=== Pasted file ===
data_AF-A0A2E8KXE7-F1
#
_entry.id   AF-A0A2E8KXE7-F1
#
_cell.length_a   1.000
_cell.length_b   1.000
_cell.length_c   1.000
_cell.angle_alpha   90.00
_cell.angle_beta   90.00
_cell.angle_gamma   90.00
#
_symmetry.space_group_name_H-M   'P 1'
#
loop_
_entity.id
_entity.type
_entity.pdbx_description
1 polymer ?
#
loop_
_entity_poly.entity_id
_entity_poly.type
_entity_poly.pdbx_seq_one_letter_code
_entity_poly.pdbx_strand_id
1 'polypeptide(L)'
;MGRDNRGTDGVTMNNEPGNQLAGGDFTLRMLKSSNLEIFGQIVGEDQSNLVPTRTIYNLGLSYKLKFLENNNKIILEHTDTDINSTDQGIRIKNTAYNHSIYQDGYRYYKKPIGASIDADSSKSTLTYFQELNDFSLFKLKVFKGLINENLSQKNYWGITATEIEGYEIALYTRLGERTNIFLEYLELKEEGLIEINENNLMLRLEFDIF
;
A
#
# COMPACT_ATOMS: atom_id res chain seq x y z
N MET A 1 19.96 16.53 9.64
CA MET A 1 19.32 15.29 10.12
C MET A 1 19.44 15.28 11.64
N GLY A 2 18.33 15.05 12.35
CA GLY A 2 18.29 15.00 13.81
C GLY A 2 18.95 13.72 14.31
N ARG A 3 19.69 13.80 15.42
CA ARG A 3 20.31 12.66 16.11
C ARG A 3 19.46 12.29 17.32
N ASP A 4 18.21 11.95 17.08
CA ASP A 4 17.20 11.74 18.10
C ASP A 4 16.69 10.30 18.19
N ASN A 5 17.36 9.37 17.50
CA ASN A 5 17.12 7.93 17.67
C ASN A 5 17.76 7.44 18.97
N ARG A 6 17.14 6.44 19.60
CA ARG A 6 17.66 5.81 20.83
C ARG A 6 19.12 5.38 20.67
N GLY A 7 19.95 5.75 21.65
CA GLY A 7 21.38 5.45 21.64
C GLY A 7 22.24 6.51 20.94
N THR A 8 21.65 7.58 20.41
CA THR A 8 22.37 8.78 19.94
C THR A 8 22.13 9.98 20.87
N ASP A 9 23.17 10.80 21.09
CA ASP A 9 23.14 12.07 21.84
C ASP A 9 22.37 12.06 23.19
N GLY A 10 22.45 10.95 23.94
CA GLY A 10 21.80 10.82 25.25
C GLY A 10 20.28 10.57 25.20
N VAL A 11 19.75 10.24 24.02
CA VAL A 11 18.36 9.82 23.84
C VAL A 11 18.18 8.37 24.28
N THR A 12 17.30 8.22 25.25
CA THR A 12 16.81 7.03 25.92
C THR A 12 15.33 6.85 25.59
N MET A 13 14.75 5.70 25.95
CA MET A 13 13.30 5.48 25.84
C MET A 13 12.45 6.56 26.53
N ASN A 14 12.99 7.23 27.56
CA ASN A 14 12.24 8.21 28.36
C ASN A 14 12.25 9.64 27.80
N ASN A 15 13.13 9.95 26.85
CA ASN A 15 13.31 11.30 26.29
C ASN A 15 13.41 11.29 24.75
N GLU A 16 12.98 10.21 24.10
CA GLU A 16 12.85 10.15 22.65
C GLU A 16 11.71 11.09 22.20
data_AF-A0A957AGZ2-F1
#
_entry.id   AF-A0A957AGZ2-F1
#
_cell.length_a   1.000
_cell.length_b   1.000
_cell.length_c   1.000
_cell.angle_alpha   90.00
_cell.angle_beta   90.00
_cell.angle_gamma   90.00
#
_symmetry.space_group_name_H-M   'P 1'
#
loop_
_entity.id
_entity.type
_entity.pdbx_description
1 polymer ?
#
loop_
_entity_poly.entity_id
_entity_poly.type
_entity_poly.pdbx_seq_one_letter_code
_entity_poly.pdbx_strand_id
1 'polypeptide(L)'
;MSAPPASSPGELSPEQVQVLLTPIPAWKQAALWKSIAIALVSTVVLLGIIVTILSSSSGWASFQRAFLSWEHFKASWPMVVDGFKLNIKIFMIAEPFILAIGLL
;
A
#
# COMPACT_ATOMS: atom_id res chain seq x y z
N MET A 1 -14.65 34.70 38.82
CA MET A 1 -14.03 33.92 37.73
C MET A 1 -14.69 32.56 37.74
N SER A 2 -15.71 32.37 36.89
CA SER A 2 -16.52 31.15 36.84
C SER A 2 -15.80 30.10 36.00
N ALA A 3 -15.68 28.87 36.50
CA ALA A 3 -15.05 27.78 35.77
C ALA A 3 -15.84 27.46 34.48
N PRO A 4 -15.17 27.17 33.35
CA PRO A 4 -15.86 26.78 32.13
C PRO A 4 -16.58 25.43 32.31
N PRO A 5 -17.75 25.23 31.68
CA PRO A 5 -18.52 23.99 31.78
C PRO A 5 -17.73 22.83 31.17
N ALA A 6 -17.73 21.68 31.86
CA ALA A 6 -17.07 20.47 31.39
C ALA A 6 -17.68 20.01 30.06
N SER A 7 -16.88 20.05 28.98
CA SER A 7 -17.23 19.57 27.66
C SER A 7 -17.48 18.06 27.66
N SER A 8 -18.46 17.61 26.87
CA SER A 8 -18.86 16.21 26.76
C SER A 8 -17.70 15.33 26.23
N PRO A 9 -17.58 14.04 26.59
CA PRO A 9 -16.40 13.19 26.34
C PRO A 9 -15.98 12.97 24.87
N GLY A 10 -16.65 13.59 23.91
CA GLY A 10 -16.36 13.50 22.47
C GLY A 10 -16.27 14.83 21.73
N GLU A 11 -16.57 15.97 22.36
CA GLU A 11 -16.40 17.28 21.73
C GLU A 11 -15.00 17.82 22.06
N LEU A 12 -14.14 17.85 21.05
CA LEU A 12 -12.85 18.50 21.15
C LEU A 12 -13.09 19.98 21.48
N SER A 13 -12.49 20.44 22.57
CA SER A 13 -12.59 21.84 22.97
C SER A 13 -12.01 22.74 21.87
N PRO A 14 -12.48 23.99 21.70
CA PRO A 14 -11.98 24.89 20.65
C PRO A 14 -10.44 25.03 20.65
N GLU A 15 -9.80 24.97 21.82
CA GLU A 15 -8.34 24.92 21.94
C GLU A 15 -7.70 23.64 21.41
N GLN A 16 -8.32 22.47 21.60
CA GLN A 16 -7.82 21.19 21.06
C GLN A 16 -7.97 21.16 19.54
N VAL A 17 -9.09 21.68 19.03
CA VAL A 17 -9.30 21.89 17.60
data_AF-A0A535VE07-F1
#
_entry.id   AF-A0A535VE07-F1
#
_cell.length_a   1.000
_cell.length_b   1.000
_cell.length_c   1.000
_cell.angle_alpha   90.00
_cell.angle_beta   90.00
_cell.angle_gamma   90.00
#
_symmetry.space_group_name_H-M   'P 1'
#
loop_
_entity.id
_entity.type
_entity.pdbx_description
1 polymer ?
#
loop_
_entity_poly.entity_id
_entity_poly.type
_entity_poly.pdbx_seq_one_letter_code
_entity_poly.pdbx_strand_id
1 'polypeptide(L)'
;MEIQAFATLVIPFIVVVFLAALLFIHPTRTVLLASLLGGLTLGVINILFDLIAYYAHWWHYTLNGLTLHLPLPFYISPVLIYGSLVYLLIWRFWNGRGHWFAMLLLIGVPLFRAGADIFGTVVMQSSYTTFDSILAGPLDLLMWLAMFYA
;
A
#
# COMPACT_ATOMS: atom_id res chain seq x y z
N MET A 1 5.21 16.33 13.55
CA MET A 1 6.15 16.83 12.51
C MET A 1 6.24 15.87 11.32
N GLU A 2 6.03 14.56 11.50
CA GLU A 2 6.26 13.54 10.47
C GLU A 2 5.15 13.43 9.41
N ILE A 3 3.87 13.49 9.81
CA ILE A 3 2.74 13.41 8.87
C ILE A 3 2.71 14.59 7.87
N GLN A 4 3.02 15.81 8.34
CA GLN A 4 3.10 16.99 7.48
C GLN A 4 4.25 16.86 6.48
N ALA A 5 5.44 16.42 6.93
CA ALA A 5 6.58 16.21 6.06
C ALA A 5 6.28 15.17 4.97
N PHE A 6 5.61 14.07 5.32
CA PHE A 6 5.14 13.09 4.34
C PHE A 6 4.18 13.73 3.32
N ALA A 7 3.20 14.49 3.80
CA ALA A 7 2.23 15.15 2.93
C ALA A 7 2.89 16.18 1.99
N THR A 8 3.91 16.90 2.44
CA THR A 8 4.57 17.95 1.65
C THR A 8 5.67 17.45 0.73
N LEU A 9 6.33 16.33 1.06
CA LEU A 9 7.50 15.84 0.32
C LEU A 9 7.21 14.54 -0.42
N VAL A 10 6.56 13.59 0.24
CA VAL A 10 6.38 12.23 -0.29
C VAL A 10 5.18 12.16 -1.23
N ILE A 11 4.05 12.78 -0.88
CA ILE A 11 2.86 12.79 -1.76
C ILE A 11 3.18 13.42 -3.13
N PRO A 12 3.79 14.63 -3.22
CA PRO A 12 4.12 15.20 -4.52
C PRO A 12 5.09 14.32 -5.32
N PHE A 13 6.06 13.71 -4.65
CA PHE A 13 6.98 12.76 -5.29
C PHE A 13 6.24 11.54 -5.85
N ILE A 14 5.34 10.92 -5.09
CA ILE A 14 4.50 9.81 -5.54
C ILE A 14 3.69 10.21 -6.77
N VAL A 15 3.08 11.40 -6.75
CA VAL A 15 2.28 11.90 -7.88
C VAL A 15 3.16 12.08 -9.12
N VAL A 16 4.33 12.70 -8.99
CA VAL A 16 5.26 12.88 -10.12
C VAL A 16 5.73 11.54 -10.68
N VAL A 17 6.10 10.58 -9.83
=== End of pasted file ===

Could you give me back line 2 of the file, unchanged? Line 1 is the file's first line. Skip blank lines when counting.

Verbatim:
#